I recently wrote an article on the process of cloning vMA which provides a way of backing up vMA. Due to the ease of deploying vMA as a virtual appliance (using OVF), there aren't too many reasons you would need to backup this virtual machine. If you lost the system for whatever reason, you can easily re-deploy with just a few clicks.
However, having said that, if you extensively make use of vi-fastpass fpauth and manage a lot of targets whether they are ESX(i) or vCenter hosts, you need to understand it is not simply just re-deploying another vMA host. When you add a target to vMA's vi-fastpass, two accounts are provisioned on the host "vi-adminXX" and "vi-userXX", these accounts are associated with an encrypted cipher located on vMA which allows for "fastpass" access to the host without having to re-type the password to the host each time. If you were to re-deploy a new vMA host and add the targets again, your host will not only contain the old entries but now a new set of accounts for your new vMA host. This can be an issue as you start to have stale accounts on your ESX(i) or vCenter host.
To prevent this issue, you can actually backup both vMA's configurations which is primarily stored in a sqlite database and the vi-fastpass credential store. In the following example, I have two ESXi hosts being managed by my primary vMA and I also have a standby vMA DR host in which I will backup the files to.
First, you want to make sure you do not have any active vifptarget sessions, this is not a requirement but it can ensure you do not copy over any vMA "session cache" files to your DR site. You can check by doing a long listing in /home/vi-admin/.vmware and looking for the directory vmasessioncache which will contain any active cached sessions if you recently initialized a fastpass target.
Note: Again this is not really necessary and you can exclude the vmasessioncache directory as part of your backup
You will first need to "dump" the existing vMA database into a file and provide a name of your choice, you will need to run the following command:
sqlite3 /var/opt/vmware/vMA/vMA.db .dump > vMA.db.backup
Next, you will need to "scp" the following files to your vMA DR:
- vi-fastpass encrypted credential store file
- vMA's configuration dealing with vi-fastpass targets + vi-logger
- vMA's default logging configs + paths
You now should login to your vMA DR host and you should see only two files in the home directory of the vi-admin user: vMA.conf and vMA.db.backup (.vmware directory is a hidden directory in /home/vi-admin)
From here, you will restore vMA.conf and you will need to run the following command:
sudo mv vMA.conf /etc/vmware/vMA/vMA.conf
Next, you will restore vMA.db and you will need to run the following command:
sudo sqlite3 /var/opt/vmware/vMA/vMA.db < vMA.db.backup
At this point, we can verify the database contents by just running the ".dump" command:
sqlite3 /var/opt/vmware/vMA/vMA.db .dump
Now, we're not done yet, we need to run one additional tool that will perform some VMware "black magic" which will allow this new vMA to access all your ESX(i) and/or vCenter targets just as you had it before on your primary vMA.
You will need to create a file that provides some dynamic shared libraries for the tool we are going to execute. Create a file under /etc/ld.so.conf.d/vmware-vma using "sudo" and paste the following two lines:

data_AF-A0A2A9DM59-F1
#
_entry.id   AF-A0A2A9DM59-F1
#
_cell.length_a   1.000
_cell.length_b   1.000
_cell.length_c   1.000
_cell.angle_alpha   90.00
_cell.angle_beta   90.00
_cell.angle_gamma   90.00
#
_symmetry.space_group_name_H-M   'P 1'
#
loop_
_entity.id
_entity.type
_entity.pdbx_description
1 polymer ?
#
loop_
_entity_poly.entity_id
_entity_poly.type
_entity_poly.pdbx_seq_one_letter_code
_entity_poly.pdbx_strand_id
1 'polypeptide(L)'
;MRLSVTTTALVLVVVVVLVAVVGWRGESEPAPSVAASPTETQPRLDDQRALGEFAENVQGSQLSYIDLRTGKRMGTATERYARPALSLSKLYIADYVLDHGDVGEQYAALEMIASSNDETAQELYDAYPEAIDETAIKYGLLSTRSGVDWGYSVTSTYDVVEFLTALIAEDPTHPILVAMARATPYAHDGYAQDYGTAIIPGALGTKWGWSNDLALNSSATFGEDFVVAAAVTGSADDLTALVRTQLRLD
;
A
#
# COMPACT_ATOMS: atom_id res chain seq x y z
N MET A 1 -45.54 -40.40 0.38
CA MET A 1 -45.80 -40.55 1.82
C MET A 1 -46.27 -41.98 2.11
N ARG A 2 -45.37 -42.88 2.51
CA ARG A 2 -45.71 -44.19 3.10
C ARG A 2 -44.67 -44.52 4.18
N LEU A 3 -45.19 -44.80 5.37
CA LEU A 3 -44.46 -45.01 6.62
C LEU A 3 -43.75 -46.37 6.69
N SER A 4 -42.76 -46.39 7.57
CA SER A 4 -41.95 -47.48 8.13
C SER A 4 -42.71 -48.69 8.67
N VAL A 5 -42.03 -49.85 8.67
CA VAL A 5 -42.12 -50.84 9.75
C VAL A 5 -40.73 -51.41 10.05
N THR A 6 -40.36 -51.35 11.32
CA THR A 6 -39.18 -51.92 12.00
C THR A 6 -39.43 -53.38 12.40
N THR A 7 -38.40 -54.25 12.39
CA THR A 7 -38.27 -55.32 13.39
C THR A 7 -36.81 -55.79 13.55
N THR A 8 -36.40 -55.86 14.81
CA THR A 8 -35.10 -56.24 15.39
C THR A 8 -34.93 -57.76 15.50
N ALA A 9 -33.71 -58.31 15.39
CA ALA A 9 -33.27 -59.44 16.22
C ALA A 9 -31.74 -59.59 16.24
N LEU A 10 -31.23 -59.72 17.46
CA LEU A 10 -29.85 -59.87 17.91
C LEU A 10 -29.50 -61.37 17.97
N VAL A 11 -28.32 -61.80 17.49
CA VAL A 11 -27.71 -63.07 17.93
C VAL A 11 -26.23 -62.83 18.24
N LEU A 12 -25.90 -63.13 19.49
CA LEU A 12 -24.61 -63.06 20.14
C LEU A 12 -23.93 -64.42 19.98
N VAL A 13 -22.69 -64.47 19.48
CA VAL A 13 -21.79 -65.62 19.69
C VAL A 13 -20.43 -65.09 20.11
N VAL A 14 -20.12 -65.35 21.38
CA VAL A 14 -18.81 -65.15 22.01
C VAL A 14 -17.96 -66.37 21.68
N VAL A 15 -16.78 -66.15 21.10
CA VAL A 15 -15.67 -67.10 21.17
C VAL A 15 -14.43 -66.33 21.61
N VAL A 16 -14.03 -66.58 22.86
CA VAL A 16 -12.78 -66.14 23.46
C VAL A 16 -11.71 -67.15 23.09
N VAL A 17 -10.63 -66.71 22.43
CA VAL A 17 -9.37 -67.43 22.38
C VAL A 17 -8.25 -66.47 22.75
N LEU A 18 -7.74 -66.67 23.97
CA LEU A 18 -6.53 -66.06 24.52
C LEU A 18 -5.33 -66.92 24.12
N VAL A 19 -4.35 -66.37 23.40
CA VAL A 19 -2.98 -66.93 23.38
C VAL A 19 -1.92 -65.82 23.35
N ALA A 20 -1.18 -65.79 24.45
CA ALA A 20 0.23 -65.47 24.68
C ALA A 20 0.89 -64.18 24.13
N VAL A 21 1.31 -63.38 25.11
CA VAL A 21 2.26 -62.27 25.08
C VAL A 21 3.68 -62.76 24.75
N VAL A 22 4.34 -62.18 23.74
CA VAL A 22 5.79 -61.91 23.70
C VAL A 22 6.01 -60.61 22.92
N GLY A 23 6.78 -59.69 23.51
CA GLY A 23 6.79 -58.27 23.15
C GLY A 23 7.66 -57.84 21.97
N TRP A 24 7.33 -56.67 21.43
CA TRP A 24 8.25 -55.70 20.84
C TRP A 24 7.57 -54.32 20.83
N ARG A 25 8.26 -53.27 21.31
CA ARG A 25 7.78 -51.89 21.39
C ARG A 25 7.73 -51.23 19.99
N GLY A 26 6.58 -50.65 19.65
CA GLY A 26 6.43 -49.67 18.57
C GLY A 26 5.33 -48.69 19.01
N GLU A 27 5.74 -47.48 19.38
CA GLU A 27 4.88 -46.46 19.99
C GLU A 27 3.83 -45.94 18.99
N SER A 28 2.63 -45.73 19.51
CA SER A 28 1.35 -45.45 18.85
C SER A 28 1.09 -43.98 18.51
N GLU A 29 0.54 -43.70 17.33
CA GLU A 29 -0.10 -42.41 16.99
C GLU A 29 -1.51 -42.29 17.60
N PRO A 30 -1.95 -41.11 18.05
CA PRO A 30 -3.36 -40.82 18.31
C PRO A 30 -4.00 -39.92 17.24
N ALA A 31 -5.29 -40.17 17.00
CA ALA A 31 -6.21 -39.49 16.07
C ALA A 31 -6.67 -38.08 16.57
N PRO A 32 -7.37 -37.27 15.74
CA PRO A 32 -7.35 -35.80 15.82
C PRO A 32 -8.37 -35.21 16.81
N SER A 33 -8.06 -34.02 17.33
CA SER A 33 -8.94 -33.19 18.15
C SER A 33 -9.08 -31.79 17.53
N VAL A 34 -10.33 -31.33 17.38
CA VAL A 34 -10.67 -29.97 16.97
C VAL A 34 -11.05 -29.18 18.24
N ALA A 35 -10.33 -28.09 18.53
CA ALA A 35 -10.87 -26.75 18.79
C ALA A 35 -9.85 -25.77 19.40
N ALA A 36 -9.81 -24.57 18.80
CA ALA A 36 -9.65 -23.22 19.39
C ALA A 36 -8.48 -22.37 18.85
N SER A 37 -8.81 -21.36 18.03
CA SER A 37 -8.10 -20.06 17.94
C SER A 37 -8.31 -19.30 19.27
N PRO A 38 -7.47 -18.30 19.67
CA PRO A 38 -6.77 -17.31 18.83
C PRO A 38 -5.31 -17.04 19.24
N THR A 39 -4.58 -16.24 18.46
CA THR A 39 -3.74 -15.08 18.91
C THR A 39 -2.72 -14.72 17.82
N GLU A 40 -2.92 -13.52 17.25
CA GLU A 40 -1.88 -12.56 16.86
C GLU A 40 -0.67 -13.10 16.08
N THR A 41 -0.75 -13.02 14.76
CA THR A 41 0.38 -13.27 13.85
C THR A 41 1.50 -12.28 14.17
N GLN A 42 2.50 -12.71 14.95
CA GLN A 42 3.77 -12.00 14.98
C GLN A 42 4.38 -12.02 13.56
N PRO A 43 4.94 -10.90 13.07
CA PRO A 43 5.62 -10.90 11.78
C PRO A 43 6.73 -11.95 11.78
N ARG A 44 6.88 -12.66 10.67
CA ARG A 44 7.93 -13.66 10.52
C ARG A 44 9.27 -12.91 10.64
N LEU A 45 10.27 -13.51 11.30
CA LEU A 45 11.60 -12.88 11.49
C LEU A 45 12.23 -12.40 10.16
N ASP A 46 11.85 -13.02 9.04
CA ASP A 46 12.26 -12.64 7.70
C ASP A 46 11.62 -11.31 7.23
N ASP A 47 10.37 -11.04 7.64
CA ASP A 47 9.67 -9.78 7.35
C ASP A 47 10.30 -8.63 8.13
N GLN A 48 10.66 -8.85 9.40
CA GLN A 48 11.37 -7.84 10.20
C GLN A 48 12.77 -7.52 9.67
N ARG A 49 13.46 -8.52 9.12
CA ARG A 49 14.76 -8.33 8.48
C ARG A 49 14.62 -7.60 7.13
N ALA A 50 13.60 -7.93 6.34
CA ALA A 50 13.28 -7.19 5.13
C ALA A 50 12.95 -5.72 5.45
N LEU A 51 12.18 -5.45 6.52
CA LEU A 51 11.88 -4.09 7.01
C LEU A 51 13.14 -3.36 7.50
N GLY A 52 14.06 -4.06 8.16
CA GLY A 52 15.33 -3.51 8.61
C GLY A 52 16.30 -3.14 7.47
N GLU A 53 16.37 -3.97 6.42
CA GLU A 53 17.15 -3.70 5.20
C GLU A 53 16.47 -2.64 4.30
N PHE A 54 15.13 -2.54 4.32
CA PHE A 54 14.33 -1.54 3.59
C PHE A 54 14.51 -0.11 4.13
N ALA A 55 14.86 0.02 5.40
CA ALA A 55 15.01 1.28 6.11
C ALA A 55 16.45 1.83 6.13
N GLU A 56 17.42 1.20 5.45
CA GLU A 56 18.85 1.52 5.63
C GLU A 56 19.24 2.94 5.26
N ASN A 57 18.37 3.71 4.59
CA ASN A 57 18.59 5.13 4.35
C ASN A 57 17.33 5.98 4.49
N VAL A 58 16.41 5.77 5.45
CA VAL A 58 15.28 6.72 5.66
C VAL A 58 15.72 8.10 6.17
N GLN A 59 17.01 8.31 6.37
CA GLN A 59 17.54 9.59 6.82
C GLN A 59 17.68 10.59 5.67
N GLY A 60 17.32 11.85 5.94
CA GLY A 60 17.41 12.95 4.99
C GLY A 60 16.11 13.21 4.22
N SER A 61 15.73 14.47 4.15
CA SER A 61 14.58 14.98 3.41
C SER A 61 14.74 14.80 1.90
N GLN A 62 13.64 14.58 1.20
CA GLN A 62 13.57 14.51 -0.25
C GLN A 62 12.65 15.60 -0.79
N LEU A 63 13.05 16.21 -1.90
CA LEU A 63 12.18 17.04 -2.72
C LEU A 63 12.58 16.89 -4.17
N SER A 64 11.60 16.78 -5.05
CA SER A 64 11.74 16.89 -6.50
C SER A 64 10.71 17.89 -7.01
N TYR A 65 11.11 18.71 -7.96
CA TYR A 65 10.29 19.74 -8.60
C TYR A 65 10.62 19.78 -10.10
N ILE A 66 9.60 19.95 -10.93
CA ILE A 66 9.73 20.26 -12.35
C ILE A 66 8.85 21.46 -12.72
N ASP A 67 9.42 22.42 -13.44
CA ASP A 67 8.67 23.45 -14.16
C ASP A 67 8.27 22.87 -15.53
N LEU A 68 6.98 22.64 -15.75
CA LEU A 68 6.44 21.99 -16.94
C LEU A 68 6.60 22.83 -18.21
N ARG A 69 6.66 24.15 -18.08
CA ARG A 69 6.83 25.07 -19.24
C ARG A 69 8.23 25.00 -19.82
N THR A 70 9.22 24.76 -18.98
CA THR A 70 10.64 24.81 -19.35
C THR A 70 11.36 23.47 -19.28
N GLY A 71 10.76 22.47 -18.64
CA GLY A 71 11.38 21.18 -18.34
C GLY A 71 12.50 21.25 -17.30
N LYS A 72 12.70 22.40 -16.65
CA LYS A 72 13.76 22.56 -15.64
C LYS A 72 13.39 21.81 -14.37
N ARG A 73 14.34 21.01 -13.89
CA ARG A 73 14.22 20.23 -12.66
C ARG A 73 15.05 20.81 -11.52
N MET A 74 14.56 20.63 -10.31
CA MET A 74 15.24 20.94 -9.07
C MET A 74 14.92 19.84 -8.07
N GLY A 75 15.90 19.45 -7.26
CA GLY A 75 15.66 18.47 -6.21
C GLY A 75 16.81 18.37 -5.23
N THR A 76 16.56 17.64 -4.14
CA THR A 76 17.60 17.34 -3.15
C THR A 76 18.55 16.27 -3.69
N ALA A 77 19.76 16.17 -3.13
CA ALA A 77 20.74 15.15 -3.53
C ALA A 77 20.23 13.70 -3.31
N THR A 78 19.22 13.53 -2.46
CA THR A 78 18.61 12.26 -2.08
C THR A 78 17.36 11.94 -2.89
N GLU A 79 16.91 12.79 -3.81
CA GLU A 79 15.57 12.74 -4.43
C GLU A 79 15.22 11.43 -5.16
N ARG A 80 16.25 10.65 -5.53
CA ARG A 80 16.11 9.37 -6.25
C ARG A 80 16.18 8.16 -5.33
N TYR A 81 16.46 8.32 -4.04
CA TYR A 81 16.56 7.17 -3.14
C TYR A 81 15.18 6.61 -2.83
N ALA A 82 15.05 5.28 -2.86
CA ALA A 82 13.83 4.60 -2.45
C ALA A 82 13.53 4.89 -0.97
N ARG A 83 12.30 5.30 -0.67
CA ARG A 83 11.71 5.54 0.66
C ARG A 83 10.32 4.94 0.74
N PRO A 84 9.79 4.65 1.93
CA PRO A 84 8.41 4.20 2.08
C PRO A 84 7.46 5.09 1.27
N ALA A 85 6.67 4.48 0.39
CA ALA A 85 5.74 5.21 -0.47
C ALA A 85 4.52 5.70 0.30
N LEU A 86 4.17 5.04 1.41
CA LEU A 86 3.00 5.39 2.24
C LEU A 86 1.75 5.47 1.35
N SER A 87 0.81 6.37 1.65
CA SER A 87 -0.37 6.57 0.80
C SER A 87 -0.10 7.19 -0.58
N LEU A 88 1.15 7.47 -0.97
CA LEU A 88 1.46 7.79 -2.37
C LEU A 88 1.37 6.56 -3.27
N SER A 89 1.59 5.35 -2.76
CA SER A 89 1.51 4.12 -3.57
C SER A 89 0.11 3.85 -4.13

Now you will need to run the following to read in the configuration:
sudo ldconfig -f /etc/ld.so.conf.d/vmware-vma
Now you are ready to run the "migratecredstore" utility which is located under /opt/vmware/vma/bin which will perform the "black magic" and make sure you use sudo.
Once you see the successful message on completing the migration of your credential store, you have now fully restored your original vMA configuration. Here we perform a list of the active servers that was once accessible on primary vMA and initializing a target and verifying that it does in fact work.
One thing to note, if you still have access to your primary vMA, both your vMA's are now in an active/active state, with caveat that your primary vMA is the only one allowed to make any changes. What I mean by this, is when you initially add a host to vMA's fastpass, it not only creates two accounts, but it also associates it's system's UUID as part of the unique identifier which is stored on the host with the key VMAID
This means that if you deleted the target off your vMA DR host, it does not actually remove this entry on your ESX(i) and/or vCenter host. Only the primary vMA which has the matching UUID is able to remove the entry all together when you perform a "vifp removeserver" operation.You can see the system UUID by using the dmidecode utility.
We can also see this within the vMA database, when viewing this on the vMA DR host, you will actually see both entries of the primary and the DR vMA UUIDs because we restored the database with the original vMA's config.
If you need your vMA DR host to be able to modify entries or rotate passwords, you will need to shutdown vMA and update it's bios.uuid within the .vmx entry. You must use the "original" vMA's UUID which you should see from the database by running the following command:
sqlite3 /var/opt/vmware/vMA/vMA.db "select * from management_info;"
You will also need to delete the "new" UUID to ensure that only one exists which should be the "original" UUID, you can so by running the following command substituting your UUID:
sudo sqlite3 /var/opt/vmware/vMA/vMA.db "delete from management_info where myUUID='422E4042-63EE-86D1-D22A-79B6ABCA8D68';"
At this point, your vMA DR is now your primary and your old vMA is no longer needed.